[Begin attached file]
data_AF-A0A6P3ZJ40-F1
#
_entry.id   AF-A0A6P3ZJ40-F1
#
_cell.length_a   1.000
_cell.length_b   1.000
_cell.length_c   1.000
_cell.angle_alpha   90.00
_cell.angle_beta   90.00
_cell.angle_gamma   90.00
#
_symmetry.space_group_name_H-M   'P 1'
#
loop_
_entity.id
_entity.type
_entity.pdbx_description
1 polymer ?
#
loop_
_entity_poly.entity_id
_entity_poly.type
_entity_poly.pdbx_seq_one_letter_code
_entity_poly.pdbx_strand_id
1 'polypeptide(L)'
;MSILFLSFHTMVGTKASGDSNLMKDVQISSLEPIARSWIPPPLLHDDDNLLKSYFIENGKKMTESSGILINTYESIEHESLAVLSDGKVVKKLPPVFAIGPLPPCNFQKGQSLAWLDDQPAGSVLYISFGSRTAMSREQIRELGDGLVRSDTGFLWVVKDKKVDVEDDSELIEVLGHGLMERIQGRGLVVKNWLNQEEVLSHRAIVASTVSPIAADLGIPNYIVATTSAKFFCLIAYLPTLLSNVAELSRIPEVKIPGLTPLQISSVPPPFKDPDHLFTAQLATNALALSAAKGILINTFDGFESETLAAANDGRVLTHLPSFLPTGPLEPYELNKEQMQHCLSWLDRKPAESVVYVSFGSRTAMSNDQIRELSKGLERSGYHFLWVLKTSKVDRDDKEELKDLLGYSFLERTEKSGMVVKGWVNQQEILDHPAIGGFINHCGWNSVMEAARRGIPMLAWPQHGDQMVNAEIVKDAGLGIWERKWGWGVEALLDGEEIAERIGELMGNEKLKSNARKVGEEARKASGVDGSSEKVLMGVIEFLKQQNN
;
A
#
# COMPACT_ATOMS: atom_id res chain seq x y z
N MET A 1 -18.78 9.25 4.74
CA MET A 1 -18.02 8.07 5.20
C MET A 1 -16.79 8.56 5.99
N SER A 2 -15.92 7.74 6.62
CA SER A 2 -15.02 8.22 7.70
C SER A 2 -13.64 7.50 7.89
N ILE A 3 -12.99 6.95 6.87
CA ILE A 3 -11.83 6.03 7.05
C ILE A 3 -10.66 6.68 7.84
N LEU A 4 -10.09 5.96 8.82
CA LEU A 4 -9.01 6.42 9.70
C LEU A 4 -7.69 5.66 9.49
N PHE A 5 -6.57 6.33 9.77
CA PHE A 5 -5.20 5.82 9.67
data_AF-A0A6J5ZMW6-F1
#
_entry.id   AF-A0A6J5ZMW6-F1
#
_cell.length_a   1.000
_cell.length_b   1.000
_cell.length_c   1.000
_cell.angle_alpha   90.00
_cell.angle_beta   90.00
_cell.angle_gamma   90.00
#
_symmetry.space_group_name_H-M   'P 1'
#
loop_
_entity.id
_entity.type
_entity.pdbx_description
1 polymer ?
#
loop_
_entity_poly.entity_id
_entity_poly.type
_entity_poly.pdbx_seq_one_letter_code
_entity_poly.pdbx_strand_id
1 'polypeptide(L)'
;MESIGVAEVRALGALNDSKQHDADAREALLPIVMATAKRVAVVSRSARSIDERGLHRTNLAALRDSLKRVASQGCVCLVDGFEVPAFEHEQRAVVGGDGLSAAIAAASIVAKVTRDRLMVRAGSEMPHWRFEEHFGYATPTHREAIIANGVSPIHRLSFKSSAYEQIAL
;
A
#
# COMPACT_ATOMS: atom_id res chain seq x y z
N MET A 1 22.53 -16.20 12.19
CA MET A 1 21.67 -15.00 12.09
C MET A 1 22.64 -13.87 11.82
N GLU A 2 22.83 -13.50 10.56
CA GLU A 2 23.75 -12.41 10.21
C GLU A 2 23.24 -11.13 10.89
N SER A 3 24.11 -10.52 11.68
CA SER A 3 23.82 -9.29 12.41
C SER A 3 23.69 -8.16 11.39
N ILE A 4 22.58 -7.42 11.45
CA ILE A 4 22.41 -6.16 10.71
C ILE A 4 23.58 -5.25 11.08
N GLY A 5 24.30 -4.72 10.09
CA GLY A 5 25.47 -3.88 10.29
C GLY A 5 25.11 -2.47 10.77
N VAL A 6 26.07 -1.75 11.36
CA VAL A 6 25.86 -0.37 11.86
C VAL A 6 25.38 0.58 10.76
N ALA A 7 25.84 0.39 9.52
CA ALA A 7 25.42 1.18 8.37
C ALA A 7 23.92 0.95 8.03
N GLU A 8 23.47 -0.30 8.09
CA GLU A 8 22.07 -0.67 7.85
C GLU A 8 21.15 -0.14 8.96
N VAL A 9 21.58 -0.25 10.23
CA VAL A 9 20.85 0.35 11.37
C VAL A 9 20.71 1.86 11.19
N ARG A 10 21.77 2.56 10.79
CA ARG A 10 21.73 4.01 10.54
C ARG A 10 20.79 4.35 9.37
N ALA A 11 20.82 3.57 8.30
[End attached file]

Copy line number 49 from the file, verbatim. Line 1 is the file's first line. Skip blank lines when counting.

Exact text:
_cell.length_a   1.000